8 September 2015
Parrillo v Italy (application no. 46470/11) Grand Chamber of the European Court of Human Rights,  ECHR 755 (27 August 2015) – read judgment
The Grand Chamber of the Strasbourg Court has ruled that the Italian ban on the donation of embryos obtained by IVF procedures to scientific research was within Italy’s margin of appreciation and therefore not in breach of the applicant’s right of private life and autonomy, even though she was willing to give the embryos to scientific research, since she no longer wanted to proceed with pregnancy after her partner was killed covering the war in Iraq. By donating these cryopreserved embryos to research she would, she argued, make an important contribution to research into medical therapies and cures.
A strong dissent to the majority judgment is worth pointing up at the outset. The Hungarian judge, Andras Sajó, found Italy’s general ban quite out of order. Not only did it disregard the applicant’s right to self-determination with respect to an important private decision, it did so in an absolute and unforeseeable manner.
The law contains no transitional rules which would have enabled the proper authority to take into consideration the specific situation of the applicant, whose embryos obtained from the IVF treatment were placed in cryopreservation in 2002 and whose husband passed away in 2003, three months before the law entered into force.
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22 April 2013
International Stem Cell Corporation v Comptroller General of Patents 17 April 2013  EWHC 807 (Ch) – read judgment
The EU bans the patenting of human embryos for commercial purposes. This ban is implemented in national law via the 1977 Patents Act. But what precisely is a “human embryo” for the purposes of the Biotech Directive? Or, put another way, must the process involving embryonic stem cells be capable of developing into a human being, before the ban can bite?
Stem cells – not just the embryonic variety – are vital to current medical research. This is because they have the capacity to differentiate into almost any type of adult cell, thus opening the door to a wide variety of new therapies and other medical applications. In theory, stem cells can be grown in the lab and developed into healthy adult cells to correct cardiovascular disorders , diabetes and a range of degenerative brain diseases and spinal cord injuries. One of the first triumphs of stem cell therapy is the ability of retinal pigment epithelium cells, cultured from embryonic stem cells (ESCs), to reverse the effects of age related macular degeneration. Other potential applications include the treatment of burns, strokes, eye disease, spinal cord injuries and certain forms of cancer.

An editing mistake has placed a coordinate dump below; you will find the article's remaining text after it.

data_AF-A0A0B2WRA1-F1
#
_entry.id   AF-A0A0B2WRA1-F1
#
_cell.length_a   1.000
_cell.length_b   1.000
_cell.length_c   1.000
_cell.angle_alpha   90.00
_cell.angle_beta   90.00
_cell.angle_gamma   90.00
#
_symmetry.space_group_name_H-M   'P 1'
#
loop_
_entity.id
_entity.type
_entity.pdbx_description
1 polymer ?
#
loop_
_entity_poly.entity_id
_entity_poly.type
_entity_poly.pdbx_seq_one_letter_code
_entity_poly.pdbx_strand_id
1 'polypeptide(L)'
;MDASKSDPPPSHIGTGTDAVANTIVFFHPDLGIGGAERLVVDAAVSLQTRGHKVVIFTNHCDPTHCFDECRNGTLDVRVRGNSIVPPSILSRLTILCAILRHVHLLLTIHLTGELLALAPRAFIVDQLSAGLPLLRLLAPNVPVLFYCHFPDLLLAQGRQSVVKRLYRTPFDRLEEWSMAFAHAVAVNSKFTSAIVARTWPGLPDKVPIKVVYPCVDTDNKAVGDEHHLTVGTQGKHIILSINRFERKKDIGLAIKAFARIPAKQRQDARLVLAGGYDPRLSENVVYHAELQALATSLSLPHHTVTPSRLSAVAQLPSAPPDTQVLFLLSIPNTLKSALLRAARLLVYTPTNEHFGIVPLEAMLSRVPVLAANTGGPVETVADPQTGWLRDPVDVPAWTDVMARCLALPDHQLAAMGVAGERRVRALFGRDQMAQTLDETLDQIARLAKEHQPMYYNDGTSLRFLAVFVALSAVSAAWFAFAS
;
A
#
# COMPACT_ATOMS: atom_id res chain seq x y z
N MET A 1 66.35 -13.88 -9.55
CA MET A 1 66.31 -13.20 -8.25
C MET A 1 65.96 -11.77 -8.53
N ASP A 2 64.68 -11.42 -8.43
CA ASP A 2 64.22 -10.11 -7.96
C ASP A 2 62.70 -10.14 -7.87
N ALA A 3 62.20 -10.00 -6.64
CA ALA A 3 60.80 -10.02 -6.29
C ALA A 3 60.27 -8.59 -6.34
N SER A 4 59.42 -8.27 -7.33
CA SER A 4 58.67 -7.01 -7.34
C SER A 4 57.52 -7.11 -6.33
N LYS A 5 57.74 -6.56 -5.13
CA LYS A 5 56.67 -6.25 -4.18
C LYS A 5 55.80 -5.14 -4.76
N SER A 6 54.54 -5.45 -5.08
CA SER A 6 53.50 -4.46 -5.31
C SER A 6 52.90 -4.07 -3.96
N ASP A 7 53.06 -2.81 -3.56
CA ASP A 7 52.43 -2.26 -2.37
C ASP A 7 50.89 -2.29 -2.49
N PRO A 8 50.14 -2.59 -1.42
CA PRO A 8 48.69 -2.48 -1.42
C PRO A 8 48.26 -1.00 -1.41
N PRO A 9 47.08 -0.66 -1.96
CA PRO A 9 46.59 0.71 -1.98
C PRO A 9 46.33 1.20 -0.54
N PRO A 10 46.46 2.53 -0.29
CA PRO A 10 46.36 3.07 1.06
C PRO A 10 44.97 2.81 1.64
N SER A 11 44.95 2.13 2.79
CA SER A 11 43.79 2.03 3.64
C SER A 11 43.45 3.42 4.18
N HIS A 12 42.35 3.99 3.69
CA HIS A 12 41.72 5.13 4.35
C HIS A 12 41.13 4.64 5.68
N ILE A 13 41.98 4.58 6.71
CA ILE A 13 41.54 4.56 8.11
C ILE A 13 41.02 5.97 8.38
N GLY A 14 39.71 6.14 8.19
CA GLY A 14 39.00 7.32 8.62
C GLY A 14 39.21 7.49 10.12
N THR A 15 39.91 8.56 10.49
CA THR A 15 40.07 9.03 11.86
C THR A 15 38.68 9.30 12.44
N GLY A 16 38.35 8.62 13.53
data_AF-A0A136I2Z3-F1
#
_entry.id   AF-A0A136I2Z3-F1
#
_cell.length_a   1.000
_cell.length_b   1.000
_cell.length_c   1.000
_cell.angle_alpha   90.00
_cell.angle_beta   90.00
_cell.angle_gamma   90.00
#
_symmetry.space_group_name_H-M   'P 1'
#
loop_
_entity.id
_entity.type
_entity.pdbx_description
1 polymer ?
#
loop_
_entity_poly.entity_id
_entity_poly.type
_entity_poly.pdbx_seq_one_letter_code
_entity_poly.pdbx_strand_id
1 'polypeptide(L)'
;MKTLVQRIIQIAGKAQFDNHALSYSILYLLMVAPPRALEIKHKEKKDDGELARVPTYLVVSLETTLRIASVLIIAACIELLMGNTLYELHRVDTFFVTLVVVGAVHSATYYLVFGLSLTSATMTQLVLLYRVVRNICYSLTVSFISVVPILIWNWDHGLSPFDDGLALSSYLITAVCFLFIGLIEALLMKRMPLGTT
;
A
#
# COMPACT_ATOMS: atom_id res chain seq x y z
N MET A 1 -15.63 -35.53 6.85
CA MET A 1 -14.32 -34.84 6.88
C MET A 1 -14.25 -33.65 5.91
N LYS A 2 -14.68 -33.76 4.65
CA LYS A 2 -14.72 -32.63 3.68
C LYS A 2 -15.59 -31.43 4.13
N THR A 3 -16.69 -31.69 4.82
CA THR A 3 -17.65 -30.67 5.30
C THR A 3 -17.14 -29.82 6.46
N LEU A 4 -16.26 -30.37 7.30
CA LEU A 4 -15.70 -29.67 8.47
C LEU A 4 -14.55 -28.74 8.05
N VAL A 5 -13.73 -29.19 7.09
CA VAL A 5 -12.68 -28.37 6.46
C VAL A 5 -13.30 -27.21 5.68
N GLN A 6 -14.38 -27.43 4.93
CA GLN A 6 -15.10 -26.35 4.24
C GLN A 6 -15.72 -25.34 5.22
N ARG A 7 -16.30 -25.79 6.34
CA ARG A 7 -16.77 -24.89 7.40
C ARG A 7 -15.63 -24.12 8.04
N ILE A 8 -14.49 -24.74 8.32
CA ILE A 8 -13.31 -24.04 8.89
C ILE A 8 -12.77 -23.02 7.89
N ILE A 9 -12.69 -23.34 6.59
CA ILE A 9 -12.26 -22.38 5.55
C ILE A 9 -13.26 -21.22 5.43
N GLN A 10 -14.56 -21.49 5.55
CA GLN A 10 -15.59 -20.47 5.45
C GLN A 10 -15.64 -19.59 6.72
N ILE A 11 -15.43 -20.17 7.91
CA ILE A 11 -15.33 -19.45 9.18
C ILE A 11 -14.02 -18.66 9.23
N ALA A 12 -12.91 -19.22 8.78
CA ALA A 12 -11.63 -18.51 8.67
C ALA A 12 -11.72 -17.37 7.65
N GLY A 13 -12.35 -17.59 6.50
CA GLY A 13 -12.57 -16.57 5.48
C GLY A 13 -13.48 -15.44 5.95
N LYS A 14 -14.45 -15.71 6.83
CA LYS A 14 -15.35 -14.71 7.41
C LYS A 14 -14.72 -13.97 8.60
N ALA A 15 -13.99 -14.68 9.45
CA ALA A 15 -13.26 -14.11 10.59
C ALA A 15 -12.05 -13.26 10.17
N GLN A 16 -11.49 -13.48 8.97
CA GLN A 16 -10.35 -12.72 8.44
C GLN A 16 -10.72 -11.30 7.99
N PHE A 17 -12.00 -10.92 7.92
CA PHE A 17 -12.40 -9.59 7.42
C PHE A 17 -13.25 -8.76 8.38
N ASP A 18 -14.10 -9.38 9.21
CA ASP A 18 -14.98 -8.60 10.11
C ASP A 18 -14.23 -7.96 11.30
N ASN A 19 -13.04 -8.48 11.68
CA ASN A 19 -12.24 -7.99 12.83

But the concept of ESCs is fraught with emotion and controversy and scientists have worked, with varying degrees of success, at finding stem cells elsewhere, either in adult tissue, or by creating stem cells from non-viable embryos.
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22 October 2012
The recognition of a right to life, liberty, and the autonomy of the individual and the mandate of government to secure these rights is being threatened by an increasingly illiberal notion of “human dignity”, says evolutionary psychologist Stephen Pinker.
His 2008 broadside in The New Republic took to task a now defunct body, the US President’s Council on Bioethics whose publication Human Dignity and Bioethics is shot through with disquiet about advances in biotechnology. It could not be more different from the enlightened report issued earlier this year by the Council’s successor calling on the current administration not to stifle biomedical research with over-restrictive regulation (see my post). Does the contrast between the present advisory body’s recommendations and the report put before the previous President signal a fundamental change in the way we approach progress in this field? Probably not. Only two weeks ago, Sir John Gurdon (the Nobel physiologist whom schoolteachers had written off as a scientist) bemoaned the regulatory restrictions that make important therapies too costly to pursue. Pinker’s dismay at the “scientific illiteracy” of society rings true today:
Ever since the cloning of Dolly the sheep a decade ago, the panic sown by conservative bioethicists, amplified by a sensationalist press, has turned the public discussion of bioethics into a miasma of scientific illiteracy. Brave New World, a work of fiction, is treated as inerrant prophesy. Cloning is confused with resurrecting the dead or mass-producing babies. Longevity becomes “immortality,” improvement becomes “perfection,” the screening for disease genes becomes “designer babies” or even “reshaping the species.” The reality is that biomedical research is a Sisyphean struggle to eke small increments in health from a staggeringly complex, entropy-beset human body. It is not, and probably never will be, a runaway train.
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